A lot of masts will hold water because they donít have weep holes at the base. The water comes in from the masthead around the sheave exit boxes, so youíre always going to have water in the mast. Another reason to unstep the mast is so you can have a good look at things like the spreaders, particularly the tips, which can be in serious need of repair or retaping. The old-style spreader boots that are tapped with rigging tape will retain water inside, thereby corroding the tip. What happens is youíve got a combination of the stainless steel shrouds that pass through the aluminum spreader and the moisture there accelerates the electrolysis that naturally takes place between those two metals.
SN: If you intend to leave your mast(s) up while your boat is out of the water, should you loosen the rig or do anything else for the long period of non-use.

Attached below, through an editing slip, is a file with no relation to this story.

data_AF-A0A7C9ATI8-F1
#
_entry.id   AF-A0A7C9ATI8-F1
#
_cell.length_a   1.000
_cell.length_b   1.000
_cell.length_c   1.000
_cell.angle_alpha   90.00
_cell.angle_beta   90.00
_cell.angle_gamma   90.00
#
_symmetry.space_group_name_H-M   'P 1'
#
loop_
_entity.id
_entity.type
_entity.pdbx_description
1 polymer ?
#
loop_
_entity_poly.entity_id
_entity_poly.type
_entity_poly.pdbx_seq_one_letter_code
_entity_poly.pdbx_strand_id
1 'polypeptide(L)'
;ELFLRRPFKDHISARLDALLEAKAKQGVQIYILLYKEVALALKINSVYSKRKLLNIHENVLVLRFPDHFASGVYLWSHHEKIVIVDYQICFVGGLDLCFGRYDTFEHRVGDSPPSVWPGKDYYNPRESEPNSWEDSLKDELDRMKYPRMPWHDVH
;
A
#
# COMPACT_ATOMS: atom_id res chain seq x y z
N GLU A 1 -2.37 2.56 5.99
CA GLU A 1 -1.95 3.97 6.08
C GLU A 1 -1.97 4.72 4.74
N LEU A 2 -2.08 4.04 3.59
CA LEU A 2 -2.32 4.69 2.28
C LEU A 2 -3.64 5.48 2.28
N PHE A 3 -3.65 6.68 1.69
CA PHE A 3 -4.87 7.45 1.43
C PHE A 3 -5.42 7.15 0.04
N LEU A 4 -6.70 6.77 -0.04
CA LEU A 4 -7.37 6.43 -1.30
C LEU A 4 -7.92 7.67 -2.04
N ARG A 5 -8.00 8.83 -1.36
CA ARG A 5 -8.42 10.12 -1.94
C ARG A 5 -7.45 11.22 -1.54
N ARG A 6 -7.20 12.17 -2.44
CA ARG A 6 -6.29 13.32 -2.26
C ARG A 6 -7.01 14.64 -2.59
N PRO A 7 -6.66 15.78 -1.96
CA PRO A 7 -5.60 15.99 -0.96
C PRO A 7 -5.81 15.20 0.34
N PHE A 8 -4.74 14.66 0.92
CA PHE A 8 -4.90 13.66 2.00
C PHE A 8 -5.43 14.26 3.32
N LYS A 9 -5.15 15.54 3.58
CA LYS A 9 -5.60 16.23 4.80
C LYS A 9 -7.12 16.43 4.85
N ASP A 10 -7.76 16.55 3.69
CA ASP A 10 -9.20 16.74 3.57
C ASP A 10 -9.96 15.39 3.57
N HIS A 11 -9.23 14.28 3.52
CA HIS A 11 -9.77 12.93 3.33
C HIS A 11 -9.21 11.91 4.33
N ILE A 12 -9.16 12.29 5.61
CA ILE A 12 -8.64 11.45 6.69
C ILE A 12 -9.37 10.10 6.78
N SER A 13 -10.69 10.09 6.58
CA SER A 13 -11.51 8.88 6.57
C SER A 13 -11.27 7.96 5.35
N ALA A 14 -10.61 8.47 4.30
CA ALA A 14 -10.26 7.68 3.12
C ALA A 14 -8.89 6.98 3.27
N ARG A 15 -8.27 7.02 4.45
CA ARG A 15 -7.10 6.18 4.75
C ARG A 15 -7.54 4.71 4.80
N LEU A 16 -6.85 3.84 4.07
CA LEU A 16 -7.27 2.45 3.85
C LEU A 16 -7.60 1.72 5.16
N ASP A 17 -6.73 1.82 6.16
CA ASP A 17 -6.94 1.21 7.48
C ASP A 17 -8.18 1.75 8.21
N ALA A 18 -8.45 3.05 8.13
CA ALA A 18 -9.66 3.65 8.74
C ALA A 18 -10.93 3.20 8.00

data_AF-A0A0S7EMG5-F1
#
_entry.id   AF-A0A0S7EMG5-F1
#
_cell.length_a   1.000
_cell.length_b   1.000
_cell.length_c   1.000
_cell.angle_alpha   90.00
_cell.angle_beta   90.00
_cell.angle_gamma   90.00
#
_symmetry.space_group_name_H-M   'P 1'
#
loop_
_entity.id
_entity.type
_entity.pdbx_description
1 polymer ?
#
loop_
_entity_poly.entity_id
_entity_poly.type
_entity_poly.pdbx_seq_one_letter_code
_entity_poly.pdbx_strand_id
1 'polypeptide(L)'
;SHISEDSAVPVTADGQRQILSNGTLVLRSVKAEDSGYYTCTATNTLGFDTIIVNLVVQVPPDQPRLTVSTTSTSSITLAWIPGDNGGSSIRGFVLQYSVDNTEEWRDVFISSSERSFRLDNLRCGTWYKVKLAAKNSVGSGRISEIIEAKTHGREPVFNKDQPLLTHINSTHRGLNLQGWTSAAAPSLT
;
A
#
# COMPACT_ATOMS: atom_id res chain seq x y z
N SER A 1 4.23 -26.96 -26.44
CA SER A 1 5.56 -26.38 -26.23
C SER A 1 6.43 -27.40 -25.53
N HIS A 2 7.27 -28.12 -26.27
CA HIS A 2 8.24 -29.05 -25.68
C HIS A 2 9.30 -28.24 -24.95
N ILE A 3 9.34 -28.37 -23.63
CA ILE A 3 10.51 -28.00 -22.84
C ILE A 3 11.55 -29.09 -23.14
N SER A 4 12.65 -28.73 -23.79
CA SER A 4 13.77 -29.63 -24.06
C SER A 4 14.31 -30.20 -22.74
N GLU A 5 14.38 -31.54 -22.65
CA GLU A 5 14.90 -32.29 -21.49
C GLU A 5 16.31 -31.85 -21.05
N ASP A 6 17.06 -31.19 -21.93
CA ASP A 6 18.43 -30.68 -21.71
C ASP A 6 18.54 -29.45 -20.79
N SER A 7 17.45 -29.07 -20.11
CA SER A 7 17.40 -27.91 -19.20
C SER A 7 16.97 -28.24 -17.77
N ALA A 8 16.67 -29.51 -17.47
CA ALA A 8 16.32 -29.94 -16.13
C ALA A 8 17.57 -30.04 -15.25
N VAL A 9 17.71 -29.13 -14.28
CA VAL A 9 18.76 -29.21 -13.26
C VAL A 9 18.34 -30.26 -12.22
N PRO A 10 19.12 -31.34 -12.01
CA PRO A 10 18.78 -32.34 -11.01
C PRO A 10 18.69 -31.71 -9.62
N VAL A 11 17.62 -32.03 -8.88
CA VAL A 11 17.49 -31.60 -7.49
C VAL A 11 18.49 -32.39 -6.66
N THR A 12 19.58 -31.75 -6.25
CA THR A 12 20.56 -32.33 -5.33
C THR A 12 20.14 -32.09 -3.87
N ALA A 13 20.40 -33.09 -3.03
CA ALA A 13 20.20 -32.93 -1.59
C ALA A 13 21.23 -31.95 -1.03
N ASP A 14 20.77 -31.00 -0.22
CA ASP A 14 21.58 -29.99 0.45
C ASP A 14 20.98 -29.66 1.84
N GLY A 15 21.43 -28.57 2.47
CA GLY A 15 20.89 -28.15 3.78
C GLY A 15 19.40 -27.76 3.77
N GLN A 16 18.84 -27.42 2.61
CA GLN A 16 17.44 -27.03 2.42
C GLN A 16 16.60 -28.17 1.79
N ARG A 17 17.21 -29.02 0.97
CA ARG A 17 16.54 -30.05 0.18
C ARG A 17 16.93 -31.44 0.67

JC: I think simply loosening the backstay is enough to relieve the compression load that the headstay and the backstay combine to put on the rig. But thatís probably already done for you because with most travel lifts, the headstay has to be disconnected so that the boat can be hauled. But I wouldnít leave the rig too loose. I went to school in Boston for four years and I know there are some hellish winter storms that come through there. I live in Florida now and we donít take our boats out of the water for the winter, generally, but if I had my boat out of the water, Iíd want the rigging pretty snug for just that reason.
SN: If you are taking your rig down, what's the best way to store it?
JC: You need to support the spar at or near both ends and at the spreaders. Use something thatís sturdy, but easily moved around like sawhorses. These are also handy because they put the mast at waist height, which makes it a lot easier for you to inspect and work on it. Of course you'll want to cover electrical wires and that sort of thing so that they don't suffer from prolonged exposure to the elements.